The Academy gives new impetus by taking up new, forward-looking research areas. Scientific quality, innovation potential and sustainability are the main criteria for the Academy's research profile. As centres of excellence, the Academy's research institutions must stand the test of international competition in the form of periodic evaluations.

The Academy offers fellowships to talented young scholars in promotion programmes that are committed exclusively on the standards of the international scientific community, thus giving highly qualified junior scientists and opportunity to develop scientific expertise. In granting awards, the Academy commends outstanding scientific achievements.




The University of Graz, which was founded in 1585, is Austria´s second oldest university and one of the largest in the country. Many excellent scientists, amongst them six Nobel laureates, have taught and researched here.

With some 31,500 students and 3,900 employees the University of Graz contributes significantly to the vibrating life of the Styrian capital. Its location in Europe encourages a lively scientific, economic and cultural exchange with South-East Europe, from which not only the city benefits, but also its educational institutions.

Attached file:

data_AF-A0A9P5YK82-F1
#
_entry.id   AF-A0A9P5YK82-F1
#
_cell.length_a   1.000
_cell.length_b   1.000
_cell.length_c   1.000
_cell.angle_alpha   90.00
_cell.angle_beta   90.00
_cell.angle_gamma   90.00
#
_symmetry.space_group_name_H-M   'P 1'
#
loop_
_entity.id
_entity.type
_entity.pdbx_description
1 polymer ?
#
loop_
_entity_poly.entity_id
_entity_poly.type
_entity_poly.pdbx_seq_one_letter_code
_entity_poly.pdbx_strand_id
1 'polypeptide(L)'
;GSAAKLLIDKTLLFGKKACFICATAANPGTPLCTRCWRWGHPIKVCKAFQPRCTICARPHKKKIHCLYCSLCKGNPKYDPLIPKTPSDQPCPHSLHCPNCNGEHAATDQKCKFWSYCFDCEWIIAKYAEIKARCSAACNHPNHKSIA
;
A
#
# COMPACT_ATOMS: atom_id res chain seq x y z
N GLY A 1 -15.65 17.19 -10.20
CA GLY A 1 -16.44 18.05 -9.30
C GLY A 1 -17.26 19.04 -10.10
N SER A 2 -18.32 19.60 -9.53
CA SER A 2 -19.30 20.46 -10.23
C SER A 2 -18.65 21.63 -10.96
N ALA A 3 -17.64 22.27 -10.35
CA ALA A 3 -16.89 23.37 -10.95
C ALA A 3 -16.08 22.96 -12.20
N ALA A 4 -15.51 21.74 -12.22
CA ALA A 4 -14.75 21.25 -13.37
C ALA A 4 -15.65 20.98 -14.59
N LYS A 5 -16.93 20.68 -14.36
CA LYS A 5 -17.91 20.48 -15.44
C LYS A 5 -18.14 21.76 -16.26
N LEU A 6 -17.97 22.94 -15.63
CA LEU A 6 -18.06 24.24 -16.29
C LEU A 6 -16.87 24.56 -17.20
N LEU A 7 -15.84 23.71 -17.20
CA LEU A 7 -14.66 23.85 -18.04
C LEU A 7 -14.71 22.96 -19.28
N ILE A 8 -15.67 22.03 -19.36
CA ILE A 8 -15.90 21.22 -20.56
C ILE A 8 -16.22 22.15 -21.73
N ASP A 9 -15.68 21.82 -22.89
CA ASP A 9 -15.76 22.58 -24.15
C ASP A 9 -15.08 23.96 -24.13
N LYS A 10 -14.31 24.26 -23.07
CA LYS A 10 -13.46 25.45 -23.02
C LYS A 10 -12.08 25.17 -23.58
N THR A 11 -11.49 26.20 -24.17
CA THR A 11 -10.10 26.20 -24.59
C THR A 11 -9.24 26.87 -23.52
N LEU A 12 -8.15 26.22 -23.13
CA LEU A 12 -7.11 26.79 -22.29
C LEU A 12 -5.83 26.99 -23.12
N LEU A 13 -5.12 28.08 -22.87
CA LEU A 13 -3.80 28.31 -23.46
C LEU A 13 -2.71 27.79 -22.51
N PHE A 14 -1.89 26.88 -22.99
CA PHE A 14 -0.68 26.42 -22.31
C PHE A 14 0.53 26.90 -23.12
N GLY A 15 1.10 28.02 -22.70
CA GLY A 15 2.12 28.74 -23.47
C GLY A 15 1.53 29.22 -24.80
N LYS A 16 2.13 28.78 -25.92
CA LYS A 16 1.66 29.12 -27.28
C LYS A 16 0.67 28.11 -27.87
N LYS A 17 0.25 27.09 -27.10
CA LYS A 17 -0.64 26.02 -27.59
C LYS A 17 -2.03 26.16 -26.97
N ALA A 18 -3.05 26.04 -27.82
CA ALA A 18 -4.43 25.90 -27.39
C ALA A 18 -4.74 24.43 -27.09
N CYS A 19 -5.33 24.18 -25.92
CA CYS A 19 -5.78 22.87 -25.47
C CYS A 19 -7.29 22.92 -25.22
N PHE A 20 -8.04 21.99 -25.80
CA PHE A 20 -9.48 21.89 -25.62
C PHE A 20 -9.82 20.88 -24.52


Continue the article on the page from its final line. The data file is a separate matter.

The University of Cyprus was established in 1989 and admitted its first students in 1992. It was founded in response to the growing intellectual needs of the Cypriot people, and is well placed to fulfil the numerous aspirations of the country.

The University is a vigorous community of scholars engaged in the generation and diffusion of knowledge. Despite its brief history, the University of Cyprus has earned the respect of the international academic community and the appreciation of Cypriot society.

Admission for the majority of undergraduate students is by entrance examinations organized by the Ministry of Education and Culture of the Republic of Cyprus, and the competition for places is approximately 10 to 1. A number of places are reserved for students with special needs or circumstances. Every effort is made to offer practical solutions to students facing specific problems, be it access to University facilities, or assistance on academic issues.

When the University of Cyprus first opened its doors to students, the incoming class consisted of 486 undergraduate students. During the academic year 2013-2014 there were 7048 students (undergraduate and postgraduate). There are 8 faculties , 22 departments and 11 research units at UCY.